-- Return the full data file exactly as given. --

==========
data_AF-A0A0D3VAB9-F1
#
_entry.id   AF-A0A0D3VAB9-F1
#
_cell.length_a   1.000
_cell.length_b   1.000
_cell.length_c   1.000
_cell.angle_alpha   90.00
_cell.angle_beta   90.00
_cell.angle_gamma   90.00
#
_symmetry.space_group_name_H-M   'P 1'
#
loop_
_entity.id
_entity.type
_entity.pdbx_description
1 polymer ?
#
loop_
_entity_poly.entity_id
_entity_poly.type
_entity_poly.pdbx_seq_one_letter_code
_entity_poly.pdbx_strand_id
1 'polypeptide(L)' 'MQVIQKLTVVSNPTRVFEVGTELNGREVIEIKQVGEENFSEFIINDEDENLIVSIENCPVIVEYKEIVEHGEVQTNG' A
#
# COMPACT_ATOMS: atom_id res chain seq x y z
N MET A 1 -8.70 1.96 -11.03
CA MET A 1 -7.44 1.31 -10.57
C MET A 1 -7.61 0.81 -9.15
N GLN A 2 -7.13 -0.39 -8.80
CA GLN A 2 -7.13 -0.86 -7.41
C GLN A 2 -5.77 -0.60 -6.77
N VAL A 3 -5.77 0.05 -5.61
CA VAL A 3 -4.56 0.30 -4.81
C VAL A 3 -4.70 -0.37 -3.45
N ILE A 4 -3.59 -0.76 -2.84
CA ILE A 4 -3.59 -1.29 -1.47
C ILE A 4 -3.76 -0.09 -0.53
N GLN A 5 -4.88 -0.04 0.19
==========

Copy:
data_AF-A0A0D3VAB9-F1
#
_entry.id   AF-A0A0D3VAB9-F1
#
_cell.length_a   1.000
_cell.length_b   1.000
_cell.length_c   1.000
_cell.angle_alpha   90.00
_cell.angle_beta   90.00
_cell.angle_gamma   90.00
#
_symmetry.space_group_name_H-M   'P 1'
#
loop_
_entity.id
_entity.type
_entity.pdbx_description
1 polymer ?
#
loop_
_entity_poly.entity_id
_entity_poly.type
_entity_poly.pdbx_seq_one_letter_code
_entity_poly.pdbx_strand_id
1 'polypeptide(L)' 'MQVIQKLTVVSNPTRVFEVGTELNGREVIEIKQVGEENFSEFIINDEDENLIVSIENCPVIVEYKEIVEHGEVQTNG' A
#
# COMPACT_ATOMS: atom_id res chain seq x y z
N MET A 1 -8.70 1.96 -11.03
CA MET A 1 -7.44 1.31 -10.57
C MET A 1 -7.61 0.81 -9.15
N GLN A 2 -7.13 -0.39 -8.80
CA GLN A 2 -7.13 -0.86 -7.41
C GLN A 2 -5.77 -0.60 -6.77
N VAL A 3 -5.77 0.05 -5.61
CA VAL A 3 -4.56 0.30 -4.81
C VAL A 3 -4.70 -0.37 -3.45
N ILE A 4 -3.59 -0.76 -2.84
CA ILE A 4 -3.59 -1.29 -1.47
C ILE A 4 -3.76 -0.09 -0.53
N GLN A 5 -4.88 -0.04 0.19